If you have separated from your matrimonial partner and are waiting for your divorce proceedings to finalise, you can apply for interim financial support to help you get by during this period. This is called a Maintenance Pending Suit and involves one spouse being ordered to pay regular payments to the other during the time between the petition for a divorce being made and the date which the divorce is finalised, also known as a decree absolute.

Although the recent case of Rattan v Kuwad [2021] EWCA Civ 1 did not change the law, it provided clarity on the approach of the court in determining orders for Maintenance Pending Suit.

Facts of Rattan

In this case, the wife appealed a judgement made following the husband’s appeal from a maintenance pending suit order of £2,850 per month made by the judge on the first instance hearing. On the first appeal, the judge had set aside the original order on the basis that the first instance judge had not undertaken any critical analysis of the wife’s immediate expenditure needs. The Court of Appeal sided with the wife. It was held that the judge in the first instance did undertake a sufficient analysis of the financial factors and reached a fair decision as to what amount of maintenance is reasonable pending the final financial remedy hearing.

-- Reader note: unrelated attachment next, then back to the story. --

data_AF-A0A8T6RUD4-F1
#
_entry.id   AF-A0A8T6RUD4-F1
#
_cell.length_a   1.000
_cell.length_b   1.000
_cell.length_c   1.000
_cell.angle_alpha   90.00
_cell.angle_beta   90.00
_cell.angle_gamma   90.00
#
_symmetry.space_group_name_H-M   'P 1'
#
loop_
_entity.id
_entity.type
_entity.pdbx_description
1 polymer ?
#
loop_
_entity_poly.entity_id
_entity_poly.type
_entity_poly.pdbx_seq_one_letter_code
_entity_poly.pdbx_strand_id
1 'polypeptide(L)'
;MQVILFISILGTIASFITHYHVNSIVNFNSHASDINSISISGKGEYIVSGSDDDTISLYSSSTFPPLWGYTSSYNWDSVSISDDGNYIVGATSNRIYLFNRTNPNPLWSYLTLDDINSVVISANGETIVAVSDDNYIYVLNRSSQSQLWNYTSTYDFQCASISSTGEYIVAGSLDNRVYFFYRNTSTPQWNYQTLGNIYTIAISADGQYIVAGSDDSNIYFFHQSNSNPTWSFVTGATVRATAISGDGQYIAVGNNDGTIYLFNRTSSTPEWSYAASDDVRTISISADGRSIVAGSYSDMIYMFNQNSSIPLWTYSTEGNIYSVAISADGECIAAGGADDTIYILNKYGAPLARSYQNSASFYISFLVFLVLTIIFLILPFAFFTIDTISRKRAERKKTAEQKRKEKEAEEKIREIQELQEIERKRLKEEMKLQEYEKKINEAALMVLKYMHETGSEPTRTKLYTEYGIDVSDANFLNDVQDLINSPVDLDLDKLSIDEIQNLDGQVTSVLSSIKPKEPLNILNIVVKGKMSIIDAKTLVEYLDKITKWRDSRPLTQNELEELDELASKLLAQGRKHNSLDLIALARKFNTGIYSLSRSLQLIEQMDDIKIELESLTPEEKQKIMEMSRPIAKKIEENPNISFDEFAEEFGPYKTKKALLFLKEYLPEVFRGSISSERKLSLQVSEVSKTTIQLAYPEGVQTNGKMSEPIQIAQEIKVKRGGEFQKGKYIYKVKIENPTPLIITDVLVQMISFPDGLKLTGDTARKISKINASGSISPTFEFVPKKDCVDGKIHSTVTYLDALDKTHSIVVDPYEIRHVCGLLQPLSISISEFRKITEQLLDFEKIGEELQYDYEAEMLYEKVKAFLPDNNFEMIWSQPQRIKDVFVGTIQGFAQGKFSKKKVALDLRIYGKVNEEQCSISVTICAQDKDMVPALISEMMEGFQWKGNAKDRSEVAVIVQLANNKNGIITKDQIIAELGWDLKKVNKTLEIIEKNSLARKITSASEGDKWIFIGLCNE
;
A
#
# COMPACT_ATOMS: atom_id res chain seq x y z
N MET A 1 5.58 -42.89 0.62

What were the principles in Rattan?

As this is not a final settlement for divorce and only an interim measure, there should be no need for a full and detailed analysis of the spouses’ financial circumstances and needs. This will be done later. Only in cases involving very high levels of wealth may the court feel the need to analyse the financial circumstances in more depth than the broad brush they would usually use. Section 22 Matrimonial Causes Act 1973 provides that these applications must be reasonable in meeting the immediate financial needs of the spouse and children, if applicable.

What does immediate mean?

Immediate needs are those which would come up between the time the divorce is filed, and when it would likely be finalised. The fact that some items of expenditure are not incurred every month does not mean they are not immediate needs, as this can be averaged over the monthly payments. Some examples of what could generally be deemed as an immediate need could be mortgage or rent payments, utility bills, costs of food and, childrens’ care or schooling. Immediate needs do not include issues of capital or long-term expenditure.

What does the court call reasonable?

Reasonable was given the meaning in the case of TL v ML to be “fairness” which is in line with the general overarching principle in financial remedy cases, where outcomes are meant to be fair for both parties. What is deemed reasonable is at the hands of the court’s discretion. There is no standard formula as every case is different. The court will generally look at your standard of living enjoyed during marriage when assessing what level of payment is reasonable.

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